As a dual-degree candidate in architecture and urban design at the Sam Fox School of Design & Visual Arts, Theodore “Teddy” Levy has studied sustainable design principles, zoning and code regulations and digital modeling techniques. He also learned to listen.
“I chose WashU, in large part, because of its focus on community-centric design — the belief that the community should drive the design process,” Levy said. “That requires getting out of the studio and into the community, learning its history and listening to the people who live there.”
For Levy, that meant partnering with community organization 4theVille to find ways to attract people and investment to the historic neighborhood while respecting its residential nature.
“I learned so much about Ville’s important history — this was the home of Arthur Ashe and important institutions like the Annie Malone Children’s Home and Homer G. Phillips Hospital,” Levy said. “But I also was so struck by the everyday ways people show up in the neighborhood to create place. That sort of human understanding is vital in the design process.”
Levy is among the 1,700 Washington University in St. Louis students who are set to earn their degrees this month. The university will celebrate their accomplishments at the annual December recognition ceremony at 10 a.m. Saturday, Dec. 10, at the Athletic Complex. Maxine Clark, the founder of Build-A-Bear Workshop and a champion of quality K-12 education, will serve as the speaker. Clark recently launched the Delmar Divine, a home for nonprofits located in the former St. Luke’s Hospital on Delmar Boulevard.
Levy first started building houses — birdhouses, that is — as a child in Prince George’s County, Md., outside of Washington, D.C. At the same time, he noticed housing developments sprouting up on what was once farmland. Architecture and urban design, he realized, could hurt the environment and fuel economic inequality. But they also could improve the lives of the vulnerable and the invisible.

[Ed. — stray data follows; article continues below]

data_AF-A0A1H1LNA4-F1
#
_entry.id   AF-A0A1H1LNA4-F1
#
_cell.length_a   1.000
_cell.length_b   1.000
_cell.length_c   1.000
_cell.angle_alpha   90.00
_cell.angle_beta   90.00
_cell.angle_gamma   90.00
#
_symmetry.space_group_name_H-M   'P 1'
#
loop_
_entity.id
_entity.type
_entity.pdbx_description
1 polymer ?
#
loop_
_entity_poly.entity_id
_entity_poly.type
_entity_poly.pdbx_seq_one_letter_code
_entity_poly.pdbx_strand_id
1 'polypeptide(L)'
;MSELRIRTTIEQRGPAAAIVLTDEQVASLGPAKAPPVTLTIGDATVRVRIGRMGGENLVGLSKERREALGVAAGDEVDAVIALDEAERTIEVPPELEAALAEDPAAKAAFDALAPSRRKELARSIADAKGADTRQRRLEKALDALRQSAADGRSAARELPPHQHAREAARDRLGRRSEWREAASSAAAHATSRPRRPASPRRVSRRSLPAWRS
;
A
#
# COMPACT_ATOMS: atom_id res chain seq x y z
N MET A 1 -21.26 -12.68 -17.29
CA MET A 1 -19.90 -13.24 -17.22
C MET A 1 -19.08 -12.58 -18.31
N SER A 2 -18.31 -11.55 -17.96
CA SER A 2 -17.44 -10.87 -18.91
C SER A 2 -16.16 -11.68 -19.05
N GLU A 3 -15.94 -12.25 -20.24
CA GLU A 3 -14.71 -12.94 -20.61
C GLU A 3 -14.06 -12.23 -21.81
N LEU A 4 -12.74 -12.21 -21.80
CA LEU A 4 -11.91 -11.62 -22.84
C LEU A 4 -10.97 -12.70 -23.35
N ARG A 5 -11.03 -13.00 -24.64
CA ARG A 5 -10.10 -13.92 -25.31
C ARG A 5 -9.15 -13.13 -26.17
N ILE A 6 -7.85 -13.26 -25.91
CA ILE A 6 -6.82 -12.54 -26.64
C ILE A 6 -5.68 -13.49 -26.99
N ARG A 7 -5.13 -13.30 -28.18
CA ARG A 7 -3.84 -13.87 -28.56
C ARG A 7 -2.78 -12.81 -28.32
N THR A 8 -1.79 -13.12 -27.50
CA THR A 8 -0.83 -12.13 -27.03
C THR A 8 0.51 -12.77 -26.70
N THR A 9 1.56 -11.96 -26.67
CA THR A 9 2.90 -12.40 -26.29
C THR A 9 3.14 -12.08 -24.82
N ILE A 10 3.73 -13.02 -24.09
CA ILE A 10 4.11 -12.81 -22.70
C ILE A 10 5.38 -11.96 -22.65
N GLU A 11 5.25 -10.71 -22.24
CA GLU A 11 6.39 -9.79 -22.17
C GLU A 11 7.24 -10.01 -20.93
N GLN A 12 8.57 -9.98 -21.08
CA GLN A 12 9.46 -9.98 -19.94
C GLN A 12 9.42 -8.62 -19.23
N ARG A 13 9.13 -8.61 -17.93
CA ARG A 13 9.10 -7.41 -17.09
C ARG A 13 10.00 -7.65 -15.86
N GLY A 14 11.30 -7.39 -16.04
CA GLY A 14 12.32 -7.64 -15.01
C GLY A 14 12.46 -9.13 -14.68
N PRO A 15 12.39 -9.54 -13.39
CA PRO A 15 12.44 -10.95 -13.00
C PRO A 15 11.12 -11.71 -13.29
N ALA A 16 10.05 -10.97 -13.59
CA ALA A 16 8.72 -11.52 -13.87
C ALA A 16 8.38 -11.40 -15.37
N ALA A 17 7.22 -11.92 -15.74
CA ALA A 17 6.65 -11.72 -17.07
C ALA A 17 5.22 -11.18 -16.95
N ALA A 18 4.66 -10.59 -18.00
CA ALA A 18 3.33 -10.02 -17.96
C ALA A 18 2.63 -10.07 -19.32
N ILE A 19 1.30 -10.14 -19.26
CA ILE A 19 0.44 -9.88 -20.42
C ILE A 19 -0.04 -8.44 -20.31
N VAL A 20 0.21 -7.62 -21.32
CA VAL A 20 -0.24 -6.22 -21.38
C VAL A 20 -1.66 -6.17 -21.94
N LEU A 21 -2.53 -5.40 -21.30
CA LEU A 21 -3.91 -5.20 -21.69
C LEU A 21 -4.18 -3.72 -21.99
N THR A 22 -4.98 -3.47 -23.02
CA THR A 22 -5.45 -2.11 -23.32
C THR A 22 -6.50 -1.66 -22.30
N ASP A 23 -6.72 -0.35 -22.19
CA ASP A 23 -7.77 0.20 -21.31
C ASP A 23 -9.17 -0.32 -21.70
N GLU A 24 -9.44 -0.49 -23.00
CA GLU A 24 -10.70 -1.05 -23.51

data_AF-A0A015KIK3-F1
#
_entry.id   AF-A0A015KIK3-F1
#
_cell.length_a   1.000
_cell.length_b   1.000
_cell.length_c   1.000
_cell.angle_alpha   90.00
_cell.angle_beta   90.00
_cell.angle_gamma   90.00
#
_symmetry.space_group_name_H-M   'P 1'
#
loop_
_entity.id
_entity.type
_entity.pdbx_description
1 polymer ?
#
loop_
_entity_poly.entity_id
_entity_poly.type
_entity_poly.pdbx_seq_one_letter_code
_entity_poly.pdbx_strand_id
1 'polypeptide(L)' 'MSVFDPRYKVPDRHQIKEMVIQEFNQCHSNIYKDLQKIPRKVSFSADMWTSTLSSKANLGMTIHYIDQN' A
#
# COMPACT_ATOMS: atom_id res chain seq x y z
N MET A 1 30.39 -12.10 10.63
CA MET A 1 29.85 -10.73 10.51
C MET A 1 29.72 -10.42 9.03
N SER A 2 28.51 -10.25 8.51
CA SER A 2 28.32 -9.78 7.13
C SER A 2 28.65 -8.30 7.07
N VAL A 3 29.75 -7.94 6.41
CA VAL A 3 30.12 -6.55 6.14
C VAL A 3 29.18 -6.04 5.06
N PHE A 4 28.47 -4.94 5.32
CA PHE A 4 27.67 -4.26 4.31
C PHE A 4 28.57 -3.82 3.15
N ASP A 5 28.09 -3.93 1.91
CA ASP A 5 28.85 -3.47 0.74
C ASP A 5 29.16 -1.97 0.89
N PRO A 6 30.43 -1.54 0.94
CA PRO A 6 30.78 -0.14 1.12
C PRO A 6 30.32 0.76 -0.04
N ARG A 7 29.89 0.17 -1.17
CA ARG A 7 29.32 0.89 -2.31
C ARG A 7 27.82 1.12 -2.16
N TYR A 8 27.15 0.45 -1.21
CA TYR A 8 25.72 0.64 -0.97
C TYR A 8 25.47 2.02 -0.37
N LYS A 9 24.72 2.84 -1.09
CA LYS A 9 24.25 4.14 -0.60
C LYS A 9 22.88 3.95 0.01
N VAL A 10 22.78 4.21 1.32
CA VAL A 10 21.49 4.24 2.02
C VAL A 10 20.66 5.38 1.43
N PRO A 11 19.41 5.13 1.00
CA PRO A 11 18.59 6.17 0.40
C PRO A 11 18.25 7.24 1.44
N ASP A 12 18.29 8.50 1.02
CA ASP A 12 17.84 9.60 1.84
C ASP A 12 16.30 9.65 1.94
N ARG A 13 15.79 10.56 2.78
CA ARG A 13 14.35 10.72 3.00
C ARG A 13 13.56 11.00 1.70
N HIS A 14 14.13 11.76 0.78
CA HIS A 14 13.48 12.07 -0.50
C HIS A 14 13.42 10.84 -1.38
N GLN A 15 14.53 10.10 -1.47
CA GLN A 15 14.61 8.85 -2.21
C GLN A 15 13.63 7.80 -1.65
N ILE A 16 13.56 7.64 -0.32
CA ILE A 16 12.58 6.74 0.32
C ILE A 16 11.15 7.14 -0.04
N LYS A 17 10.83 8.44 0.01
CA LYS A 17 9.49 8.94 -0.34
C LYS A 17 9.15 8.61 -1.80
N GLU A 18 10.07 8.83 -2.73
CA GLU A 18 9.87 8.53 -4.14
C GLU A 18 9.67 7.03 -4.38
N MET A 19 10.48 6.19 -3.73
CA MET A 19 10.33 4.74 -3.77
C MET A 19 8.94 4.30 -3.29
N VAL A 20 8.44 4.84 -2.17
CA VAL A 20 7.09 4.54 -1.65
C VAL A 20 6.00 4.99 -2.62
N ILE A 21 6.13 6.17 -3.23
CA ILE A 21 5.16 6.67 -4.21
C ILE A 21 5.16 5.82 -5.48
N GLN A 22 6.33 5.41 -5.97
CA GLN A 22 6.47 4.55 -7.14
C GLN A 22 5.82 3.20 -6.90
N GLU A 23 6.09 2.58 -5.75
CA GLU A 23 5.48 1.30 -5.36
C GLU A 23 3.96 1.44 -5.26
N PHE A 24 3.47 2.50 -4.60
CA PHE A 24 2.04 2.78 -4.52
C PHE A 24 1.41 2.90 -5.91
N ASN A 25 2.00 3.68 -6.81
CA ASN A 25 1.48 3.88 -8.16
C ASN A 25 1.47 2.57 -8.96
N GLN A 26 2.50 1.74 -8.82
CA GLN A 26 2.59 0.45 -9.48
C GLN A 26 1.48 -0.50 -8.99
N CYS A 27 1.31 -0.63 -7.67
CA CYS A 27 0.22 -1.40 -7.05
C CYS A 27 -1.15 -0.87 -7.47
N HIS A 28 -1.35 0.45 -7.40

“I am Black, I’m gay and I also have Crohn’s disease, so I’ve always felt on the outside a little bit,” Levy said. “Being sick a lot of time and being around other people who were disabled has allowed me to see we need to make sure that everyone is being cared for.”
Levy started his education in architecture at Morgan State University. In 2019, he received a full scholarship to attend Washington University as a Chancellor’s Fellow, a cohort program for exceptional graduate students. During his time at Washington University, Levy was named a 2021 Foundation Fellow by the National Organization of Minority Architects (NOMA) and interned at Robert A.M. Stern Architects in New York. After graduation, he hopes to find a position in the D.C. area that marries his passion for architecture and advocacy.
“I want to lift up the voices of the marginalized in the built environment,” Levy said. “I would like to work with communities who are not having their voice heard and being a mediator between design decisions, policy and people so that decisions are equitable in the end.”